AKRON (Jan. 22, 2014) — Every January car aficionados from around the world gather in Detroit for the first major auto show of the year, the North American International Auto Show—a.k.a. the Detroit Auto Show.
The Motown event showcases the newest models being offered by auto makers from around the globe and includes lots of cool concept vehicles that whet the motoring appetites of journalists, auto enthusiasts and the general public, not to mention those employed by the auto industry.
If you love cars, Detroit in January is the place to be.
While the cars are the stars of every auto show, the reality is that their performance is only as good as the rubber on which they ride.
We in the tire industry need to remind ourselves of that and share that fact with tire customers and vehicle owners often and with pride.
After all, it’s the tire’s small contact patch—the only part of the vehicle that touches the ground—that takes all of the sophisticated handling components built into today’s cars, SUVs, CUVs and light trucks and allows them to work.
Without the highly technical and often underappreciated tire responding to the handling cues of the vehicle and applying them to the road, cars and light trucks could not perform as they do. Furthermore, transportation would not be nearly as easy, comfortable, exciting or safe.
So while auto makers and their latest and greatest products and technologies rightly take center stage, the auto industry, tire dealers, journalists and consumers should not overlook the contributions tires make to the performance and appearance of the overall motoring product.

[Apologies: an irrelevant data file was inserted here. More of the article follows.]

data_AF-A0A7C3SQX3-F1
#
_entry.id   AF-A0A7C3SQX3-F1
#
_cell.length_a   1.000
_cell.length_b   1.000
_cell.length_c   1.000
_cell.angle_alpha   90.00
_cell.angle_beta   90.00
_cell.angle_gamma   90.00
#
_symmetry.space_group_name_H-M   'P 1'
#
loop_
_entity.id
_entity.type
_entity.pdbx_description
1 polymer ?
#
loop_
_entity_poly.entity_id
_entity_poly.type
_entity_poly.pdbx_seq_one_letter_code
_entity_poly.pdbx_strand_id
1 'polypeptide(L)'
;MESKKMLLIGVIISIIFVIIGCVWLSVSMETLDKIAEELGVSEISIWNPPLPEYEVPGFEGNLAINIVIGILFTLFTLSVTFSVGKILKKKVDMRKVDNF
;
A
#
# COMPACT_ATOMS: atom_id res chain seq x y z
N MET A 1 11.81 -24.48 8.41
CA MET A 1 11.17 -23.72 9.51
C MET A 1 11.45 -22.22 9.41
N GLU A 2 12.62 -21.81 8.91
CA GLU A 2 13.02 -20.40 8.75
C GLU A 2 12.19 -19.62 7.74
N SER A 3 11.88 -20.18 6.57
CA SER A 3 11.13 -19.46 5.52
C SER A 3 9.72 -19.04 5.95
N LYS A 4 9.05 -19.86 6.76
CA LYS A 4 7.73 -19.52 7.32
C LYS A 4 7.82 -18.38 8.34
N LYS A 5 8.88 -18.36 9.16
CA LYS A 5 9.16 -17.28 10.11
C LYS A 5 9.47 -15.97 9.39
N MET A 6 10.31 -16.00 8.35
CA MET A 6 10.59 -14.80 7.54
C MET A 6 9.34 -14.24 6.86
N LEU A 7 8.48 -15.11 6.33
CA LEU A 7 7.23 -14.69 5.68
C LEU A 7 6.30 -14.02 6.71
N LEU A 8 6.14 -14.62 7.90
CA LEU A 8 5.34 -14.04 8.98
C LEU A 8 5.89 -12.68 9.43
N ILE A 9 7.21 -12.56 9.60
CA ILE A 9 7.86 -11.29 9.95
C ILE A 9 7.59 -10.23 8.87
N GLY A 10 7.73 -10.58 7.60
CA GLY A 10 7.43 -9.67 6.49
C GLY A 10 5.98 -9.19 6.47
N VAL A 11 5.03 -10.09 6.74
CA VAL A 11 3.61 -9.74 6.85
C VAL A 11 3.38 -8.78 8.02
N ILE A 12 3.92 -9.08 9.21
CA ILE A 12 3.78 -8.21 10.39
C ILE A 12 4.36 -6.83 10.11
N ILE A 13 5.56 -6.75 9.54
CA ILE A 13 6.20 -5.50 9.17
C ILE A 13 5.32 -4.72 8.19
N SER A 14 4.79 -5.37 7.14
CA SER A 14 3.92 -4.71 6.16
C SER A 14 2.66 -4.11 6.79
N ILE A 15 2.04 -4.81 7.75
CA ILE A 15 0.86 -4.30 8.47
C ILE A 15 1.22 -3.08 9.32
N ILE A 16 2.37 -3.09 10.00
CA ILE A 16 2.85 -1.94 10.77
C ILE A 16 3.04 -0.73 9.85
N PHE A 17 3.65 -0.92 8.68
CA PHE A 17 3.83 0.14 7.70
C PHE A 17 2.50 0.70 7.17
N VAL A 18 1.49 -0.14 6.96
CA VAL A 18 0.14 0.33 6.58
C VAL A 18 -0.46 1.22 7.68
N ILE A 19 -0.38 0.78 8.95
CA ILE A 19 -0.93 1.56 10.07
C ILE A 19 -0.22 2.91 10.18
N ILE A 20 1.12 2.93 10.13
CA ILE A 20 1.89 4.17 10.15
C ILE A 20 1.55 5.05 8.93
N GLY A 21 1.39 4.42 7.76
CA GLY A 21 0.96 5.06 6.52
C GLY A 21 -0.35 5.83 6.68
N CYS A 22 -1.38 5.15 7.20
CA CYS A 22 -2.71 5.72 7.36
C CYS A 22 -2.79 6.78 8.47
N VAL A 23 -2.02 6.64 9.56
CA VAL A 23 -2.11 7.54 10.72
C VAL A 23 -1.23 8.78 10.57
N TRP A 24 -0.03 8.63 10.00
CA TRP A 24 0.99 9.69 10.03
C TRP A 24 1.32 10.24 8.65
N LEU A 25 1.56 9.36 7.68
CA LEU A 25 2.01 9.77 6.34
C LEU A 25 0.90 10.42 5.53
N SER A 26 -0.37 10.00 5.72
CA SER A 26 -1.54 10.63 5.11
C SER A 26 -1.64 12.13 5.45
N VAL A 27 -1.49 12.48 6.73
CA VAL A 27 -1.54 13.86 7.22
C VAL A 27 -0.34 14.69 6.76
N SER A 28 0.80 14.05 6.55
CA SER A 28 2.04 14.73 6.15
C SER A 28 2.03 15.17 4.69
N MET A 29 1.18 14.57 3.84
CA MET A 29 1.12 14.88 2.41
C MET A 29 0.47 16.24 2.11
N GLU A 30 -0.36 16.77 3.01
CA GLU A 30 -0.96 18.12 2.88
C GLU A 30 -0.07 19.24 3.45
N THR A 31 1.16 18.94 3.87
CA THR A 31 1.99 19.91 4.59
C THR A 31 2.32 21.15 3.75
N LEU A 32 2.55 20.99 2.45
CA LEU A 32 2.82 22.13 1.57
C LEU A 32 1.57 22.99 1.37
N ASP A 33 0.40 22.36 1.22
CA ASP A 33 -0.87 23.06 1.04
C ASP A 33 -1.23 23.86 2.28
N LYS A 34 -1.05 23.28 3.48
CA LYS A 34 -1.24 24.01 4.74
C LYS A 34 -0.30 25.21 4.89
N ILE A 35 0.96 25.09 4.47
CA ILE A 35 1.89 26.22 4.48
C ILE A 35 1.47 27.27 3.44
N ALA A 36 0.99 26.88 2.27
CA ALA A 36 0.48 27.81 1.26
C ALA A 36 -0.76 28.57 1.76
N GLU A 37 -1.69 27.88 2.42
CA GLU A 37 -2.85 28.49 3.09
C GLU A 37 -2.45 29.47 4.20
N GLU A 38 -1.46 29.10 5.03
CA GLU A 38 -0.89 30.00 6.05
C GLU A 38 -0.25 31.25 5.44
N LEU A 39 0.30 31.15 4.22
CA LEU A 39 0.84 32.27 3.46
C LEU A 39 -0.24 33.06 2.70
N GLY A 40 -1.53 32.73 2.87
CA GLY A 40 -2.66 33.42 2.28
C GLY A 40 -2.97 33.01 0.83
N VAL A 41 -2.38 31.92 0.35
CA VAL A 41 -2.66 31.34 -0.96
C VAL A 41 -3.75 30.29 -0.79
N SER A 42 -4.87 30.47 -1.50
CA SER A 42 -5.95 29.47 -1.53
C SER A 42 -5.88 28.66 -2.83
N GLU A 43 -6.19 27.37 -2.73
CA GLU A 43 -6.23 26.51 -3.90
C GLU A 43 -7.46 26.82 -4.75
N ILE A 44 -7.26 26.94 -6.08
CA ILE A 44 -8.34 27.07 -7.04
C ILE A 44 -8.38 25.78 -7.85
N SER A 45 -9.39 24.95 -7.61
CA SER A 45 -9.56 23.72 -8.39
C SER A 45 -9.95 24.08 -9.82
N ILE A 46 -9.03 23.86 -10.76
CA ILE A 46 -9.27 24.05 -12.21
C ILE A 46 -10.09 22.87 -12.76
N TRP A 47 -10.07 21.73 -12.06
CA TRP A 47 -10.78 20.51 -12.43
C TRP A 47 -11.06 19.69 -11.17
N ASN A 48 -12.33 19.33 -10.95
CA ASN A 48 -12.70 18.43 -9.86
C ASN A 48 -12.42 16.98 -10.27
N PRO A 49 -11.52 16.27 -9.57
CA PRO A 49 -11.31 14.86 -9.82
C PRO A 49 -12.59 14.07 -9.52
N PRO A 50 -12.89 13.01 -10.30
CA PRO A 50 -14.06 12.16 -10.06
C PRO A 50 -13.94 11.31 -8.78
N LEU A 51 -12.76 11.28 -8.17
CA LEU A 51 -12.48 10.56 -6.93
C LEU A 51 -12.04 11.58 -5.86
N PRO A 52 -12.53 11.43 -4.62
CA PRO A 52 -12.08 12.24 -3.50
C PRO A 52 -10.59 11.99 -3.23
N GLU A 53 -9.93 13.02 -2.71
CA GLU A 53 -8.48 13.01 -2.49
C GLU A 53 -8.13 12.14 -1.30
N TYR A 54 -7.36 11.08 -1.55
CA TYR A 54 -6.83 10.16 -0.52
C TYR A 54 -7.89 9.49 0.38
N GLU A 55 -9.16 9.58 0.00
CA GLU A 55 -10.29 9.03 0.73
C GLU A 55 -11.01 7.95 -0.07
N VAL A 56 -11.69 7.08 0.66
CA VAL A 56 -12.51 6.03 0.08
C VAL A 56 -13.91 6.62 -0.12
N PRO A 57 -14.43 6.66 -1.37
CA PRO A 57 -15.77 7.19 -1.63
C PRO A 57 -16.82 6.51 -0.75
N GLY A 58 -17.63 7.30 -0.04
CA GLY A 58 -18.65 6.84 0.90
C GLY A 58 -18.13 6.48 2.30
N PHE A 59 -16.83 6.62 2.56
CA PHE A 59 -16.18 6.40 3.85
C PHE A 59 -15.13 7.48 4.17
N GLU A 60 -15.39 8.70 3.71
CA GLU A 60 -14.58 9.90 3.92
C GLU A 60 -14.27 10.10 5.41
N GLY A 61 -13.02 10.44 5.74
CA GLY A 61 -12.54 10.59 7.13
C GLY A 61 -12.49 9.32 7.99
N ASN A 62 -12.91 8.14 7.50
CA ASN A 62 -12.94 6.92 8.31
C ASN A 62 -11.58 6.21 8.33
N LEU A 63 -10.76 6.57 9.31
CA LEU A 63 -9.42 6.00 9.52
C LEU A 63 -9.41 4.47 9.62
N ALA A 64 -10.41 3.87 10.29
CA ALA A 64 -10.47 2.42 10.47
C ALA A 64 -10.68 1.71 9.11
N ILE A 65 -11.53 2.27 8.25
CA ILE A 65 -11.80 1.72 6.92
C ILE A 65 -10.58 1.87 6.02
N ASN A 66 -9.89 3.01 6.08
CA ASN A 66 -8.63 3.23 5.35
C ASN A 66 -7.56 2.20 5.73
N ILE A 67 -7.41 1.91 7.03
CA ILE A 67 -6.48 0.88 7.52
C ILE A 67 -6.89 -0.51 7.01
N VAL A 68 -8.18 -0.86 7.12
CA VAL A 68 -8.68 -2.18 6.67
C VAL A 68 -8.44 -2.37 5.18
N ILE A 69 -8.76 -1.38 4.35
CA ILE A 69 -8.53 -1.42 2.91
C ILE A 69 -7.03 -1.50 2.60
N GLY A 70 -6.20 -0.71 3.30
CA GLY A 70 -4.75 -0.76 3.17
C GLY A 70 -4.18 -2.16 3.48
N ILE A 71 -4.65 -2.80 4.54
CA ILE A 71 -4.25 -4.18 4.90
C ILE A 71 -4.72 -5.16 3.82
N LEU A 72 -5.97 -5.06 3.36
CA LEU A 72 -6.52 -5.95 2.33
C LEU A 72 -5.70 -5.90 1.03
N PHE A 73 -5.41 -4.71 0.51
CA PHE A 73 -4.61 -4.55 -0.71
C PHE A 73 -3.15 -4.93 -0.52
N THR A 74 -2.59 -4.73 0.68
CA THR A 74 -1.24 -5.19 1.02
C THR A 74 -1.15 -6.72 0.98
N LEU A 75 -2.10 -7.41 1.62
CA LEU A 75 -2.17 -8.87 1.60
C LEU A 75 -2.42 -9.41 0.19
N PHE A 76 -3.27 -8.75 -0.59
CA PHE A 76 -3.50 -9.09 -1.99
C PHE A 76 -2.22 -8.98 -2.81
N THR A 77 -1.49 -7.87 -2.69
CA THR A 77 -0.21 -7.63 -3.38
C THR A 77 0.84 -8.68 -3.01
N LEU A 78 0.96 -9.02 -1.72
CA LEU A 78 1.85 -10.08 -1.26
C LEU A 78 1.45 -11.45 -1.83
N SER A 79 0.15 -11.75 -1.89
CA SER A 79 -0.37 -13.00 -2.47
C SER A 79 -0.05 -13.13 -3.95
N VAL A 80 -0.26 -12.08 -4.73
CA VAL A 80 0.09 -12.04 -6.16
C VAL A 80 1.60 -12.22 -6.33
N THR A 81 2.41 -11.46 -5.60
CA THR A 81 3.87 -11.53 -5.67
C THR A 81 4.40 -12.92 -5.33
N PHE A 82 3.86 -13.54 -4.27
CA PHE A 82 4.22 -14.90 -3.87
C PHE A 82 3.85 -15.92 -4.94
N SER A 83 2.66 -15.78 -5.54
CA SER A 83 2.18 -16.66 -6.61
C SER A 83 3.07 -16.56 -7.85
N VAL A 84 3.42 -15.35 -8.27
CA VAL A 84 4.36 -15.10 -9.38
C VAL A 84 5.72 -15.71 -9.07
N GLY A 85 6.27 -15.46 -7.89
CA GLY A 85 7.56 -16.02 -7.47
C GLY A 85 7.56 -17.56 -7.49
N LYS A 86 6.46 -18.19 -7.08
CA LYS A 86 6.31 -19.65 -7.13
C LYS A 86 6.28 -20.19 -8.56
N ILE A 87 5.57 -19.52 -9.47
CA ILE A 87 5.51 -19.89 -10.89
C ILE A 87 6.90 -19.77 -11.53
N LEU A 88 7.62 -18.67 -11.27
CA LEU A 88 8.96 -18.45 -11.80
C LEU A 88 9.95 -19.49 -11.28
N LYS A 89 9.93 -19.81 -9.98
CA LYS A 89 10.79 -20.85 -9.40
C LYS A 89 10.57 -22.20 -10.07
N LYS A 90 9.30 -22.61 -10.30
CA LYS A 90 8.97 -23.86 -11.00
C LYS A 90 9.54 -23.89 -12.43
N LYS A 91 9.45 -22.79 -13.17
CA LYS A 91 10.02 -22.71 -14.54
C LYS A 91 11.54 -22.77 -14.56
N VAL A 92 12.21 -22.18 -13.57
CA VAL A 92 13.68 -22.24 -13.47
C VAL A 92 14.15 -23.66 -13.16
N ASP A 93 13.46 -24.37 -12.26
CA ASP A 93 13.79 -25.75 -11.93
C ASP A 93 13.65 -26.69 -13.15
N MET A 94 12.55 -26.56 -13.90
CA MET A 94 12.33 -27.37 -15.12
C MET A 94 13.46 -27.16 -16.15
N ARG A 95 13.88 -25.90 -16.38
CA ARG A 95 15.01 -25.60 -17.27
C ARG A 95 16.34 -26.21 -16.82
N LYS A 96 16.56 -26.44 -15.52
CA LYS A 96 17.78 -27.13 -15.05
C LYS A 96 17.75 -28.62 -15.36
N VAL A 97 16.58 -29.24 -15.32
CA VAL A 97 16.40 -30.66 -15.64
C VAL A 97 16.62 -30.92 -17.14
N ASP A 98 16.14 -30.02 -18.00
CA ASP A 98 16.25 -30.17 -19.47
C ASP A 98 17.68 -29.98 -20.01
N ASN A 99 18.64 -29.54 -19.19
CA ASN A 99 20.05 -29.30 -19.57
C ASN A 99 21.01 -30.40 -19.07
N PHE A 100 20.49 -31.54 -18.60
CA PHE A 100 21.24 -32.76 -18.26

Like the auto manufacturers, tire companies are pushing that technology envelope with their products, helping to improve vehicle handling, safety and performance.
At this year’s Detroit Auto Show, Michelin North America Inc. unveiled the Premier A/S tire featuring its “EverGrip” technology that allows a tire to maintain wet traction as it wears.
To achieve this, Michelin designed the tire with a unique rubber compound for enhanced wet grip, hidden grooves in the tread that emerge as the tire wears down, and expanding rain grooves that widen over time.
Not an easy manufacturing task.
Maintaining the tire’s wet grip as it wears looks to be a breakthrough in performance and automotive safety.
Other tire makers, too, are pushing the tire performance envelope with various technologies looking for the Holy Grail of better handling, grip, rolling-resistance and tread life.
It takes high-performing tires to make a vehicle great. Tire dealers should take pride in that—and tell their customers about it.
This editorial appeared in the Jan. 20 print edition of Tire Business. Have an opinion about it? Send a letter to the editor via email at email@example.com.
Titan International and the United Steelworkers union have petitioned the U.S. International Trade Commission and U.S. Department of Commerce seeking relief from OTR tire imports from China, India and Sri Lanka. What’s your opinion?
|I wholeheartedly support their action – something needs to be done.||
|I think it’s a bad idea that could inevitably tie the hands of domestic tire makers.||
|I oppose any duties against tire importers—they only raise costs for distributors and make it harder to obtain inventory.||
|I’m kind of on the fence and not sure what’s right, but need more information before deciding.||
|I don’t really care whether or not relief is granted.||
|Total votes: 78|